Bangkok. Jakarta. Lagos. New Orleans. These large coastal cities – located on deltas, with high levels of inequality – are some of the most vulnerable in the world to climate change. Scientists now say that the combination of rising sea levels, extreme weather events and population change in low-lying areas will put about a billion people at risk from coastal climate hazards beyond 2040. But they’ve also found that cities can offer the best hope of limiting that threat.
Last summer, the UN sounded the alarm: the planet is on track to exceed 1.5 degrees of global warming. A second report, released yesterday, explains why it matters.
Scientists from 67 countries (including, for as long as they could manage, a delegation from Ukraine) have assessed the latest climate science to evaluate who, what and where will be impacted by rising global temperatures, sea-level rise and biodiversity loss. UN secretary general Antonio Guterres called the report “an atlas of human suffering and a damning indictment of failed climate leadership”.
Across 3500 pages, the Intergovernmental Panel on Climate Change (IPCC) provides policymakers with a handbook of tools to protect against and adapt to those already-occurring changes – and identifies their limits if humans fail to rapidly reduce emissions. At its core, the report highlights three key concepts for protecting people and planet in the immediate term:
- Coastal cities are ground zero. If sea levels rise an average of 0.15 meters, the population in coastal cities at risk of once-in-a-century flooding will increase by 20 per cent. Between $8 and $14 trillion of assets could lie in areas potentially vulnerable to the same fate. But the report also says urbanisation offers a priceless opportunity to advance “climate-resilient development”. “In Africa and Asia, urbanisation is happening so rapidly right now that if adaptation is not considered, the responses afterwards are going to be more costly and less effective,” said David Dodman, lead author of the chapter on cities.
- Biodiversity is our ally. “The DNA of the report is the argument that human social systems are closely intertwined with natural and biodiversity linked systems. And all of those are impacted by climate change,” said IPCC Working Group II Co-Chair Debra Roberts. Keeping those systems functioning and healthy will require conservation of 30 to 50 per cent of Earth’s land and sea area. The report also highlights the benefits of carbon-trapping wetlands over concrete seawalls, and the cooling effect of urban greenery over air-con.
- Climate risks are interacting in new ways. “Complex, compound and cascading.” This is the new lexicon for understanding climate risk. Examples include: heat and drought events causing declining crop yield and rising tree mortality; sea-level rise combining with heavy rainfall to worsen floods; and heat stress that hits productivity and exacerbates risks to food production.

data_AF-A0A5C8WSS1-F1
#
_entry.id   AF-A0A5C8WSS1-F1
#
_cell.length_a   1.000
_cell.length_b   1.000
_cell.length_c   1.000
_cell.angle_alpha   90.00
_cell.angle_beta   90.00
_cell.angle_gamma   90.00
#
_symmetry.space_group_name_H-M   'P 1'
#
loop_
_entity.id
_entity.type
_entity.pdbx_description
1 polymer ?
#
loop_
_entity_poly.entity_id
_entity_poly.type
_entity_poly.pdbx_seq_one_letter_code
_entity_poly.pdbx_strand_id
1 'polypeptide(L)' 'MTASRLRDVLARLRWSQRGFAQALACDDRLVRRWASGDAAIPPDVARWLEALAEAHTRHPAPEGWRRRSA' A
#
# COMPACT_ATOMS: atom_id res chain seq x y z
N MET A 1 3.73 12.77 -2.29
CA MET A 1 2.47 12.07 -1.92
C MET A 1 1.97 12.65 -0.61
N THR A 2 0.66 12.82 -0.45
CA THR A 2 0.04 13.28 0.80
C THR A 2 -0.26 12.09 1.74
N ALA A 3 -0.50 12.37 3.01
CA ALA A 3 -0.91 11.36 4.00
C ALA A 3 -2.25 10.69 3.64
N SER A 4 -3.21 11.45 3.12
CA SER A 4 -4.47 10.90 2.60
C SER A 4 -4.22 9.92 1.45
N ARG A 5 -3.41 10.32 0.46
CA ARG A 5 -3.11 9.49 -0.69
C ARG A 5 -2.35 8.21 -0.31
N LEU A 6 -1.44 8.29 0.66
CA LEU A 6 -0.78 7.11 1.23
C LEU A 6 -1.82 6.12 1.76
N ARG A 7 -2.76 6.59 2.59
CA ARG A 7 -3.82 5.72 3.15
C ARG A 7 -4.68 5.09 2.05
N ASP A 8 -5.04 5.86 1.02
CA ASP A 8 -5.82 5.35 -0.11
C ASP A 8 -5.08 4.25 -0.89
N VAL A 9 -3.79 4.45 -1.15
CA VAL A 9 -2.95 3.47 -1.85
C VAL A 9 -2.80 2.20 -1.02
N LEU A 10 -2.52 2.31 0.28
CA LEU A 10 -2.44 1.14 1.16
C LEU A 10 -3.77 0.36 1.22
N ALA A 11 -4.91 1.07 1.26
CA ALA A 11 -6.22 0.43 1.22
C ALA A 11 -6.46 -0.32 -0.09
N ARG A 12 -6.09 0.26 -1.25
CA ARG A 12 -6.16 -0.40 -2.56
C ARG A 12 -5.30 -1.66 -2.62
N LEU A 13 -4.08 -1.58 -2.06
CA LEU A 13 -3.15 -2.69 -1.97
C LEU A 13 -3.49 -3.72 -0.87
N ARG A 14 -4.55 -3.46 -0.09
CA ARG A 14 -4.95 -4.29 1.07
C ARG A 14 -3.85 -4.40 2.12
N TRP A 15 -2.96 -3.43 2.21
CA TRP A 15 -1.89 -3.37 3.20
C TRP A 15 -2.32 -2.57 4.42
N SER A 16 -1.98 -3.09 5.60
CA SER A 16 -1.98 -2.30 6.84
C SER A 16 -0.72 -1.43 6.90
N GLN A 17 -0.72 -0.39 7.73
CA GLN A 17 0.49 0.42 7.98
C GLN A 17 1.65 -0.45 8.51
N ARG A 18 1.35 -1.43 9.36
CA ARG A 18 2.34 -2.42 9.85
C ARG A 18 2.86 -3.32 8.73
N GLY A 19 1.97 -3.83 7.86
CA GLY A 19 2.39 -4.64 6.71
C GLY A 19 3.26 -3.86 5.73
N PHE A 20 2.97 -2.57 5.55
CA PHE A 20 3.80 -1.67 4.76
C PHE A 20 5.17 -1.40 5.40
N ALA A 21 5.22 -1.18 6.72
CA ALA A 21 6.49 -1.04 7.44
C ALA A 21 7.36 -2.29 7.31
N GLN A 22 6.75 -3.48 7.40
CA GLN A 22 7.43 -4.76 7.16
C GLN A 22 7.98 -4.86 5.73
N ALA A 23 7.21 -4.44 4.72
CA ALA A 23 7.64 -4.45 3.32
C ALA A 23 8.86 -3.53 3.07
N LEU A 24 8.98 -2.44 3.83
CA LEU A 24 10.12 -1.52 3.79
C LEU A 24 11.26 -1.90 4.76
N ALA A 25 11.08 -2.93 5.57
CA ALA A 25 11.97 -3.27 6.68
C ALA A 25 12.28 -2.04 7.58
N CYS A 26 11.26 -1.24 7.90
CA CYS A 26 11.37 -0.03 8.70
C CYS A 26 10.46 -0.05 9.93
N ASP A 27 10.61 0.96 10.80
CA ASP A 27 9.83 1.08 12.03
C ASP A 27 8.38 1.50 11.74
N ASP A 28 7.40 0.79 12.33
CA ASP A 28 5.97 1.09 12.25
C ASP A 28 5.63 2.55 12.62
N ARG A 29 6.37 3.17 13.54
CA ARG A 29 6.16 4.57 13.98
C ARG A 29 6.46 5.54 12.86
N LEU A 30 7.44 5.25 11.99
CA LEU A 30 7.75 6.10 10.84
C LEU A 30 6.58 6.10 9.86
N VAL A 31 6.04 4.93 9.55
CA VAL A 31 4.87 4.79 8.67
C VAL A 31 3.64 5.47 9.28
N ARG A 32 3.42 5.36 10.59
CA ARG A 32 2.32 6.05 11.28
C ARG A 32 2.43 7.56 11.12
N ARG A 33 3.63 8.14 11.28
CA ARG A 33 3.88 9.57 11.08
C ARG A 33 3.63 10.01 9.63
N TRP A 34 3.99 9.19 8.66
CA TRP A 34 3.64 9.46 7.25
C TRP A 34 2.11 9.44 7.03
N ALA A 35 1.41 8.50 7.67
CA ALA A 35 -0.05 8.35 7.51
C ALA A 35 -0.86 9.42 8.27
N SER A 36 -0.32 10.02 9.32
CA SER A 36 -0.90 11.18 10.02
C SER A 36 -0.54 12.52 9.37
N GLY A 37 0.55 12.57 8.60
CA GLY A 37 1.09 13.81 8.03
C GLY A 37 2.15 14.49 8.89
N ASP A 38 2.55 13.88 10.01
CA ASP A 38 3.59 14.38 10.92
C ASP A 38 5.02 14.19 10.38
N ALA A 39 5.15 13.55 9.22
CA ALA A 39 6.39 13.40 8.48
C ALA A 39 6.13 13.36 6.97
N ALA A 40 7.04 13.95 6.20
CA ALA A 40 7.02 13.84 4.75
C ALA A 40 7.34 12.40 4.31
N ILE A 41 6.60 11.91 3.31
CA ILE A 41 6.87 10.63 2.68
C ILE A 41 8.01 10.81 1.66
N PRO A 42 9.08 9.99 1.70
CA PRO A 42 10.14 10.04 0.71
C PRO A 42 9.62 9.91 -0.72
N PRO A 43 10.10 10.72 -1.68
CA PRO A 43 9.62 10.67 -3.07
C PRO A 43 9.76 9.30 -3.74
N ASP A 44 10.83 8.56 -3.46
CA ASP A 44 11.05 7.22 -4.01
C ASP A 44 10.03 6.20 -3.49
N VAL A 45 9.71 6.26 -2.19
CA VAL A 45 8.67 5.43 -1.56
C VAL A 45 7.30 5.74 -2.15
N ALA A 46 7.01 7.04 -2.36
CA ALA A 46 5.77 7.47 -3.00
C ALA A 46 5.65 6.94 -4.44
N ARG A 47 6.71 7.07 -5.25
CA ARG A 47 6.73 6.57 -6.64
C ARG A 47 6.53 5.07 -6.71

The IPCC doesn’t tell policy makers what to do. Even so, several scientists involved in the process told us what sort of action they’d like to see. Funding for adaptation came up frequently – and no wonder:
- Adaptation finance is growing, but more is needed. Globally, finance for adaptation increased by 53 per cent to $46 billion in 2019/2020, according to Climate Policy Initiative. It needs to grow faster before warming exceeds 2 degrees – widely viewed as the threshold at which many adaptation solutions become redundant. The UN Environment Programme estimates that annual adaptation costs in developing economies alone will be from $155 to $330 billion by the end of the decade. At Cop26 developed nations pledged to double their collective provision of climate finance for adaptation to developing countries to $40 billion by 2025.
- Cities are major contributors… Over 800 cities have set up 3,177 projects aimed at addressing climate hazards, at a cost of $35 billion. So far, water and waste management has been the primary focus of funding, but Dodman says cities would do well to take note of an increasing focus in the science on heat islands and the compounding effect that high temperatures have on urban pollution.
- …but private capital isn’t interested. Despite insured losses from natural disasters reaching $105 billion last year, investors haven’t got the memo that adaptation pays. A dollar invested in adaptation today will save $5 in future losses and damages, according to the Grantham Institute at LSE. But the private sector provides less than 5 per cent of adaptation funds, even though it provides over half of global funding for mitigation. “The IPCC report provides a blueprint for investors. It’s effectively a risk management tool, and we should use it”, says Sean Kidney, CEO of the Climate Bonds Initiative.